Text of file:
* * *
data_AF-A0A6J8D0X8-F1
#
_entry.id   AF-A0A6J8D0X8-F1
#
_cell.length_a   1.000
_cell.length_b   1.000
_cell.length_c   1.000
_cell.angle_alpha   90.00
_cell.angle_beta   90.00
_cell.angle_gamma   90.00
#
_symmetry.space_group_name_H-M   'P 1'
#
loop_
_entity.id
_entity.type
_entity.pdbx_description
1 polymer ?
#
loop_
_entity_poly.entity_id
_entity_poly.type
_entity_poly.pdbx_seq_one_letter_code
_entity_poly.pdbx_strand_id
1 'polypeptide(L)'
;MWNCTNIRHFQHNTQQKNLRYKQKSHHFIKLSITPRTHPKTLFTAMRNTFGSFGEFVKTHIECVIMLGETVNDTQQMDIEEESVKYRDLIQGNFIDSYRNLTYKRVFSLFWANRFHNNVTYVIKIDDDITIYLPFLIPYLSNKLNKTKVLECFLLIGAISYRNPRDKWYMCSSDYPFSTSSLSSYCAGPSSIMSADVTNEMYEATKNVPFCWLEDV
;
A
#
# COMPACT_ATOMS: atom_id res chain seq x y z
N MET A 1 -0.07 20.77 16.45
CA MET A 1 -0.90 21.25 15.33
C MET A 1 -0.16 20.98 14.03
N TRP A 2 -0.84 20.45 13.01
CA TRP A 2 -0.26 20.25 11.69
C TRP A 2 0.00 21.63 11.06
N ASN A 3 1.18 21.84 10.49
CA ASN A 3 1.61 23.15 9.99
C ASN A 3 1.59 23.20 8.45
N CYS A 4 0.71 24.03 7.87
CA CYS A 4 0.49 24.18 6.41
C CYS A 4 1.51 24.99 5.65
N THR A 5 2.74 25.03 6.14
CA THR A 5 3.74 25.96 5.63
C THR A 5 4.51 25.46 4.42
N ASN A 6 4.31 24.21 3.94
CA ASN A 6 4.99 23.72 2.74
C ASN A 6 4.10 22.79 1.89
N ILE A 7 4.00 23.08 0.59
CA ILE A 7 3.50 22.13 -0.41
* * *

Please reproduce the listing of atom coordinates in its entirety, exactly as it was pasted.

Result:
data_AF-A0A6J8D0X8-F1
#
_entry.id   AF-A0A6J8D0X8-F1
#
_cell.length_a   1.000
_cell.length_b   1.000
_cell.length_c   1.000
_cell.angle_alpha   90.00
_cell.angle_beta   90.00
_cell.angle_gamma   90.00
#
_symmetry.space_group_name_H-M   'P 1'
#
loop_
_entity.id
_entity.type
_entity.pdbx_description
1 polymer ?
#
loop_
_entity_poly.entity_id
_entity_poly.type
_entity_poly.pdbx_seq_one_letter_code
_entity_poly.pdbx_strand_id
1 'polypeptide(L)'
;MWNCTNIRHFQHNTQQKNLRYKQKSHHFIKLSITPRTHPKTLFTAMRNTFGSFGEFVKTHIECVIMLGETVNDTQQMDIEEESVKYRDLIQGNFIDSYRNLTYKRVFSLFWANRFHNNVTYVIKIDDDITIYLPFLIPYLSNKLNKTKVLECFLLIGAISYRNPRDKWYMCSSDYPFSTSSLSSYCAGPSSIMSADVTNEMYEATKNVPFCWLEDV
;
A
#
# COMPACT_ATOMS: atom_id res chain seq x y z
N MET A 1 -0.07 20.77 16.45
CA MET A 1 -0.90 21.25 15.33
C MET A 1 -0.16 20.98 14.03
N TRP A 2 -0.84 20.45 13.01
CA TRP A 2 -0.26 20.25 11.69
C TRP A 2 0.00 21.63 11.06
N ASN A 3 1.18 21.84 10.49
CA ASN A 3 1.61 23.15 9.99
C ASN A 3 1.59 23.20 8.45
N CYS A 4 0.71 24.03 7.87
CA CYS A 4 0.49 24.18 6.41
C CYS A 4 1.51 24.99 5.65
N THR A 5 2.74 25.03 6.14
CA THR A 5 3.74 25.96 5.63
C THR A 5 4.51 25.46 4.42
N ASN A 6 4.31 24.21 3.94
CA ASN A 6 4.99 23.72 2.74
C ASN A 6 4.10 22.79 1.89
N ILE A 7 4.00 23.08 0.59
CA ILE A 7 3.50 22.13 -0.41